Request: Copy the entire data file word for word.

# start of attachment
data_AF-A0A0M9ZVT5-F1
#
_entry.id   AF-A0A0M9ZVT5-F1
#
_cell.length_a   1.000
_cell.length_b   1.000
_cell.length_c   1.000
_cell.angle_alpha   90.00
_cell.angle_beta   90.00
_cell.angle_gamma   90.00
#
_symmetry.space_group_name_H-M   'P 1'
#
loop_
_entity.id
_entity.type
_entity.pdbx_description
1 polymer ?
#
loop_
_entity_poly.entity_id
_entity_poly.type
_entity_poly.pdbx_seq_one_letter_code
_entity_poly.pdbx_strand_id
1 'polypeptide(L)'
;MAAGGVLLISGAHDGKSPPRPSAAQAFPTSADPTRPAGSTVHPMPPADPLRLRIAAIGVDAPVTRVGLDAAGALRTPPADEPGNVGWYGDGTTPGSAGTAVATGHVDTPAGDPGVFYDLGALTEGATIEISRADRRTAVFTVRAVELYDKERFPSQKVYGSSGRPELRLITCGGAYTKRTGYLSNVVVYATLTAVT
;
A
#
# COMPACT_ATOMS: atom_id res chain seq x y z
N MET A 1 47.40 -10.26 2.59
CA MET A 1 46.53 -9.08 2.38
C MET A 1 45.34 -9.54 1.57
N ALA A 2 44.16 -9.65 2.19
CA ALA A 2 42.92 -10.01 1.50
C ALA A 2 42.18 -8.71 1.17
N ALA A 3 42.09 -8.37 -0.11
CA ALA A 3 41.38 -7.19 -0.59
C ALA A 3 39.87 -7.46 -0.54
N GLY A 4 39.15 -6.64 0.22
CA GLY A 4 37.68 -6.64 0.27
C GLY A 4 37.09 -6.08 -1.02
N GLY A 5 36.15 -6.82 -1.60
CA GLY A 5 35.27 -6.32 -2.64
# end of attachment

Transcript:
data_AF-A0A0M9ZVT5-F1
#
_entry.id   AF-A0A0M9ZVT5-F1
#
_cell.length_a   1.000
_cell.length_b   1.000
_cell.length_c   1.000
_cell.angle_alpha   90.00
_cell.angle_beta   90.00
_cell.angle_gamma   90.00
#
_symmetry.space_group_name_H-M   'P 1'
#
loop_
_entity.id
_entity.type
_entity.pdbx_description
1 polymer ?
#
loop_
_entity_poly.entity_id
_entity_poly.type
_entity_poly.pdbx_seq_one_letter_code
_entity_poly.pdbx_strand_id
1 'polypeptide(L)'
;MAAGGVLLISGAHDGKSPPRPSAAQAFPTSADPTRPAGSTVHPMPPADPLRLRIAAIGVDAPVTRVGLDAAGALRTPPADEPGNVGWYGDGTTPGSAGTAVATGHVDTPAGDPGVFYDLGALTEGATIEISRADRRTAVFTVRAVELYDKERFPSQKVYGSSGRPELRLITCGGAYTKRTGYLSNVVVYATLTAVT
;
A
#
# COMPACT_ATOMS: atom_id res chain seq x y z
N MET A 1 47.40 -10.26 2.59
CA MET A 1 46.53 -9.08 2.38
C MET A 1 45.34 -9.54 1.57
N ALA A 2 44.16 -9.65 2.19
CA ALA A 2 42.92 -10.01 1.50
C ALA A 2 42.18 -8.71 1.17
N ALA A 3 42.09 -8.37 -0.11
CA ALA A 3 41.38 -7.19 -0.59
C ALA A 3 39.87 -7.46 -0.54
N GLY A 4 39.15 -6.64 0.22
CA GLY A 4 37.68 -6.64 0.27
C GLY A 4 37.09 -6.08 -1.02
N GLY A 5 36.15 -6.82 -1.60
CA GLY A 5 35.27 -6.32 -2.64